I made the very wonderful Koos Van Den Akker swing jacket released in the fall of 2011. Big, curving pieces of varied fabrics stitched together to create a work of art. Can you tell I am happy with my jacket? As this is very loose fitting you can use a smaller size. My bust measurements put me in a Large but my shoulders are only a Small so I used that size. I could probably have cut the XS also
The sewing is mostly not difficult. The welt pockets and flat felled seams are the tricky parts. You can choose to leave those parts off and then the jacket is average difficulty. The hardest part of this project is picking your fabrics and cutting them out. There are very awkward and large pieces that use a lot of fabric and leave a lot of waste.
I used light weight wools, faux suede and silk dupioni, all miraculously from my stash. Some of these wools have been waiting to emerge from the cupboard for 25 years. Even the red dupioni was in my stash. I had enough of that to make a blouse, and enough of the faux suede to make a skirt.
I didn't alter except to shorten the sleeves (my usual need). I even left the collar at its full size as I wanted to be able to fold it to show the red silk. To shorten the sleeves find the straight grain line on the pattern piece and fold out what you need (or lengthen) perpendicular to that grain line. True up the edges.
The main thing I changed was the construction method. Using the lining piece as a base I laid the pieces on top of it, wrong sides together, overlapping to match seam lines, pinned them in place and applied the bias trim over the stitching line and topstitched. The pattern would have you stay stitch each long edge, sew each of these long curved seams with right sides together, trim, turn, press . Lots of work and probably resulting in stretched out seams. Before doing it my way, stitch the bottom edge right side together and turn so that the bottom edge hem is finished. Then apply the pieces one at a time.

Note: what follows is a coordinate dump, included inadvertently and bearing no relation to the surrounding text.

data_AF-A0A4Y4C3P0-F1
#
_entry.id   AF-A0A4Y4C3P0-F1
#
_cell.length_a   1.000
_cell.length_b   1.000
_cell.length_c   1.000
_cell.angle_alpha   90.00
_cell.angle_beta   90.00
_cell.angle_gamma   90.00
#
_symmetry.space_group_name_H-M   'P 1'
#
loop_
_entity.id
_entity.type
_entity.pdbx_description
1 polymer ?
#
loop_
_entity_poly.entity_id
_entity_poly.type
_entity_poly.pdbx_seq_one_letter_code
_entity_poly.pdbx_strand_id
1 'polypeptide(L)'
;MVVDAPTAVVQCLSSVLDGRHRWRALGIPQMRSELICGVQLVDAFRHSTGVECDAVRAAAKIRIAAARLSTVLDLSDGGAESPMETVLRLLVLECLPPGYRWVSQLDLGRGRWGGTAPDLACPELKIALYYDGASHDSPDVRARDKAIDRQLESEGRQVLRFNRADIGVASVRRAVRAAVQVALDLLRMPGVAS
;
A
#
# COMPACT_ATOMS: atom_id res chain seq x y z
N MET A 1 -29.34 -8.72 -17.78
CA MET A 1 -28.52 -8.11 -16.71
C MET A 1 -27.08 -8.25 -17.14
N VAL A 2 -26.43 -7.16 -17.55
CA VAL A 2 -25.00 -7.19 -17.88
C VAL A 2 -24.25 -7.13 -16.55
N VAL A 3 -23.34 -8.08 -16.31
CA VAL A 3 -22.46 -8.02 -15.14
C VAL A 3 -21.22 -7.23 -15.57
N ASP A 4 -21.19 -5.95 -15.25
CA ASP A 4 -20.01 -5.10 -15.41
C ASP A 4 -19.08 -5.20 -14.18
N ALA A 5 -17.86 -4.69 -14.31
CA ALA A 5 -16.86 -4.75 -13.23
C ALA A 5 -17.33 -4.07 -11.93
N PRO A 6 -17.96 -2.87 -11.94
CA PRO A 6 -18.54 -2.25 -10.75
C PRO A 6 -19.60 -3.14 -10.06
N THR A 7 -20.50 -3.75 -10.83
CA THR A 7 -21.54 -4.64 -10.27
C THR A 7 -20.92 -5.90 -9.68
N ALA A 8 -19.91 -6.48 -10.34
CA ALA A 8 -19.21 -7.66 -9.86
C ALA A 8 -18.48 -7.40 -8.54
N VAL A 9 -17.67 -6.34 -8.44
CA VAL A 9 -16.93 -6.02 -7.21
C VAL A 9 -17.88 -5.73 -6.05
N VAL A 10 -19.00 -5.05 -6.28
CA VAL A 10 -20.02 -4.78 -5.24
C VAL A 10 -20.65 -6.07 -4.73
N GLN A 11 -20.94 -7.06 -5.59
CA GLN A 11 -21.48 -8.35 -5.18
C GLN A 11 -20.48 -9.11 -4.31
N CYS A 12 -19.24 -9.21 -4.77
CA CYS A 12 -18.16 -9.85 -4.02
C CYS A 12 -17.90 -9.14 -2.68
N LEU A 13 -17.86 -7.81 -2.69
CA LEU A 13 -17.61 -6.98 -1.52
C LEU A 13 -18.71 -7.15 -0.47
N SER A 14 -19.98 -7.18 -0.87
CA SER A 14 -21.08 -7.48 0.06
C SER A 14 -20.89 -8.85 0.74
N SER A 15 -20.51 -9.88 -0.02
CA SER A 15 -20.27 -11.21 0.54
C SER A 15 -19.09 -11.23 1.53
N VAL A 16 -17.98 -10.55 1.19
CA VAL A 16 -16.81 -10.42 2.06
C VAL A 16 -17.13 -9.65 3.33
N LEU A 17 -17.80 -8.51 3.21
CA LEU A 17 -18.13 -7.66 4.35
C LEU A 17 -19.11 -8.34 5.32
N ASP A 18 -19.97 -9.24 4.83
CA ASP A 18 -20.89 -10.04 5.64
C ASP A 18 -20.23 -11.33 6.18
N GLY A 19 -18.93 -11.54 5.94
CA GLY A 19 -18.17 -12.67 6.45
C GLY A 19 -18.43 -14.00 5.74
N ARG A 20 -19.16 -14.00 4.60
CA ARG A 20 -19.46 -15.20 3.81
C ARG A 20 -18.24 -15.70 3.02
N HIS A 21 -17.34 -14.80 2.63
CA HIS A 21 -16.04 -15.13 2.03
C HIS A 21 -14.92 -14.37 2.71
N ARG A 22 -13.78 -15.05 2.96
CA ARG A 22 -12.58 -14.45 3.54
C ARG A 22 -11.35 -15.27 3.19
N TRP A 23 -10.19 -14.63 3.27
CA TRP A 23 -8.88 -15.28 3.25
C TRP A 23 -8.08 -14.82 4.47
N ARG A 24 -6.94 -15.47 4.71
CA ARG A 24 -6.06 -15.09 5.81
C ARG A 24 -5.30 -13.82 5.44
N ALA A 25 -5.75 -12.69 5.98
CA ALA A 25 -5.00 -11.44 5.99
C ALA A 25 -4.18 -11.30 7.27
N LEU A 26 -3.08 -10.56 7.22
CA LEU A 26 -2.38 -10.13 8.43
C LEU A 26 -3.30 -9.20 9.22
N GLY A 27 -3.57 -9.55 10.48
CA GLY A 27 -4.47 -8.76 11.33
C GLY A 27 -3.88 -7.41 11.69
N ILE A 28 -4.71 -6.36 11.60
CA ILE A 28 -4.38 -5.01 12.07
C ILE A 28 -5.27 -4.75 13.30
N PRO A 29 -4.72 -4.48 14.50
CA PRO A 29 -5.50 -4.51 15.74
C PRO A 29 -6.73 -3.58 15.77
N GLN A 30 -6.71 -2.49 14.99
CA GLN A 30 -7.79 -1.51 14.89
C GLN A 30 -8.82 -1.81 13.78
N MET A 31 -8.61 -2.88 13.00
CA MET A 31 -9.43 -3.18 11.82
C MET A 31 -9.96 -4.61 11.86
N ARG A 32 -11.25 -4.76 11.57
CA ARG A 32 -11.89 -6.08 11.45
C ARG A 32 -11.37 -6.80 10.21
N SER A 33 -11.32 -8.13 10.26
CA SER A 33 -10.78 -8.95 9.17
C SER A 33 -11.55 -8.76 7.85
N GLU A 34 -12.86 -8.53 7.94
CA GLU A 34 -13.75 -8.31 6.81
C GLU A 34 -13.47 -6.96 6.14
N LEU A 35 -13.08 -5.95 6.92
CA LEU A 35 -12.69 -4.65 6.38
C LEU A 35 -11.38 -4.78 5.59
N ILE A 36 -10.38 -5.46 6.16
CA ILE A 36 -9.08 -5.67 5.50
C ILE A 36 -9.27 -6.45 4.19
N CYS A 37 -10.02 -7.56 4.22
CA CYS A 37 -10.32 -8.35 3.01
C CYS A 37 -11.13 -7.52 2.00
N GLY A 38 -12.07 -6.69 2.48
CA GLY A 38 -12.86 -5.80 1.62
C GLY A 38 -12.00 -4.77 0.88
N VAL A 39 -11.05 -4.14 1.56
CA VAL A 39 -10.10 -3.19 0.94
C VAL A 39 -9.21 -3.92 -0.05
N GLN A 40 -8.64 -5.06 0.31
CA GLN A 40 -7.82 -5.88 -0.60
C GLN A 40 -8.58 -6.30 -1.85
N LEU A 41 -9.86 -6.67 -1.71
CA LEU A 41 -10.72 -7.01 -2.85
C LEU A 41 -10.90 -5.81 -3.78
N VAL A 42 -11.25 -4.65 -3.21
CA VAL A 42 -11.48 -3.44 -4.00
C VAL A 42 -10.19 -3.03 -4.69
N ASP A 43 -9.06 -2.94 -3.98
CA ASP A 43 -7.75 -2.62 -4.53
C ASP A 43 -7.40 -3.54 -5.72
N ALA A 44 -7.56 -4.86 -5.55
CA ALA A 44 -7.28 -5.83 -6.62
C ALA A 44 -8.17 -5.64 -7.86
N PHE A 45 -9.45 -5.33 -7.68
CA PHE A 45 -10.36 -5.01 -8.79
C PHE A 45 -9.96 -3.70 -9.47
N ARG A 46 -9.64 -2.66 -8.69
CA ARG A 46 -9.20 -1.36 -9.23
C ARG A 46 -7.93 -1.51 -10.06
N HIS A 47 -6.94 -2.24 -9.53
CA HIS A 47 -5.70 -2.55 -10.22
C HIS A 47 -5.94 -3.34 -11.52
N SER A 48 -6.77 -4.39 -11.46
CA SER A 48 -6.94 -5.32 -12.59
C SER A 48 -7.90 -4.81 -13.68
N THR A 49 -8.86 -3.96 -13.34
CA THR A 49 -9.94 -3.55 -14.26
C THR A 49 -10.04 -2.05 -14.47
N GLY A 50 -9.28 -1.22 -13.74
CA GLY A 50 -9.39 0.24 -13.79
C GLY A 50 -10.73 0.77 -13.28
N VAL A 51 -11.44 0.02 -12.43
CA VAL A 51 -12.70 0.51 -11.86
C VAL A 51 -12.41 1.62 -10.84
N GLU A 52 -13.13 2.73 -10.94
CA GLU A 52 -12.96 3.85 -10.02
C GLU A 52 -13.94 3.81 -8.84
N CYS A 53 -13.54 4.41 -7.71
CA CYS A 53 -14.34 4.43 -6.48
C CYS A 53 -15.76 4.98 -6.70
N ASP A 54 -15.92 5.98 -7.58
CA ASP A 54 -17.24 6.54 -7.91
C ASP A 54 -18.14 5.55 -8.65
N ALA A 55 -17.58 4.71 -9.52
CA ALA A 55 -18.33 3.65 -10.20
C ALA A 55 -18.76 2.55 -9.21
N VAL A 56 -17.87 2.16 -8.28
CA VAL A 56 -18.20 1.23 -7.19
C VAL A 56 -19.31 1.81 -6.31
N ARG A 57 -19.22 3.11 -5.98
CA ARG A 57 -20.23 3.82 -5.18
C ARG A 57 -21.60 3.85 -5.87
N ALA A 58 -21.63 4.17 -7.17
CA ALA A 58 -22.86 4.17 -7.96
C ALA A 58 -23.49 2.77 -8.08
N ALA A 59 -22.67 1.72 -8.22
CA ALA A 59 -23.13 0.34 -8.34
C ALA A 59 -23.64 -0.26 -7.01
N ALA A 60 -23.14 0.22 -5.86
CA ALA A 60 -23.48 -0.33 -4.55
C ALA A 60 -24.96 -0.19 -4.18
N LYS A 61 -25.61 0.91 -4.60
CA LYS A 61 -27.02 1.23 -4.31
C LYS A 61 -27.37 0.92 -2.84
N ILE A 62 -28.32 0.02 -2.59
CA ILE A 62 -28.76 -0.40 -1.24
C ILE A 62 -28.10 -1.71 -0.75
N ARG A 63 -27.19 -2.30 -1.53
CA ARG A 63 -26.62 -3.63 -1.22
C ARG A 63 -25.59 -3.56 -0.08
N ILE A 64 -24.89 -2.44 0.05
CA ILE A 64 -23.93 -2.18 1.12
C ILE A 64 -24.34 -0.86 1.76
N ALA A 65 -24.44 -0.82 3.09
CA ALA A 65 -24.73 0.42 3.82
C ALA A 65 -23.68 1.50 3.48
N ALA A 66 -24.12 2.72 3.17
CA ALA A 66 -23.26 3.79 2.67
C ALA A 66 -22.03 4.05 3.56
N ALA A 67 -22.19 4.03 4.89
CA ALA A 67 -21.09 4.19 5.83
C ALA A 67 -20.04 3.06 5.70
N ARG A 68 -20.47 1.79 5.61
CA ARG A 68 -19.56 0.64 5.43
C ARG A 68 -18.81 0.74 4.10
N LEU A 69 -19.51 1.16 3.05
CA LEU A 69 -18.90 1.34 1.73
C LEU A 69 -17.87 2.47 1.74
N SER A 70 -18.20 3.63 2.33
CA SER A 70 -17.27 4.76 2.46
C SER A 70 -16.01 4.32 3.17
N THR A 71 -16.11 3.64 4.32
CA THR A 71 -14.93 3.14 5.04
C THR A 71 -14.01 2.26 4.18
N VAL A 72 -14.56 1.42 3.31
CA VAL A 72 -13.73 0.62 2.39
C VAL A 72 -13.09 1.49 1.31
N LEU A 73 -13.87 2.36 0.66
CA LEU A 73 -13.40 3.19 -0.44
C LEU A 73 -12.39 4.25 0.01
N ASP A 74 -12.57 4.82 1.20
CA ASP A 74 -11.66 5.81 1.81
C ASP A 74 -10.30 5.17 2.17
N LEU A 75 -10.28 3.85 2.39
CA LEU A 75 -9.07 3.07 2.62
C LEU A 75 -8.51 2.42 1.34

The best thing I did to make this go well was to use double sided fusible tape on the back of my silk bias strips. Once fused in place it was very easy to topstitch the strips down without wavering about.
Doing the flat felling was very fussy and took some time. It is especially awkward to do it on the sleeve seam as it gets quite narrow near the wrist. The only reason to do this is to make it reversible. Well, and to look nice inside. I will probably never wear this reversed.
I left off the pockets. I had cut out the pieces thinking I would do them but at the end I decided I like the flow of the design as it was without the pockets breaking up the design lines.
I did the quilting topstitching on the sleeves but decided against it when I got to the body of the jacket. I didn't think my particular fabrics needed any further embellishment. Since I had top-stitched the bias tape through all layers there was quite a bit of stitching on the inside already.
Another thing I did to enhance the look was to add lightweight wire to the outer edge of the front and collar. I thought of this after the jacket was done and I thought the collar looked a little floppy. It wouldn't stand up the way I wanted it to. I had on hand some Design Plus Shape 'n Stay lightweight wire. Perfect. I was able to squeeze it between two stitches into the channel formed by two rows of topstitching without even opening a seam. Now I can shape the collar and front edge as I want them to be. Sort of like wired-edge ribbon.
I'm thrilled with my combination of fabrics. In the past I've often not been very successful with combining different fabrics so this feels really good. I love the dramatic style and potential for artistic expression.
To go with the jacket I made Neue Mode 23304 with the silk dupioni and Kwik Sew 3295 with the black faux suede. The reviews of these are linked in the right column.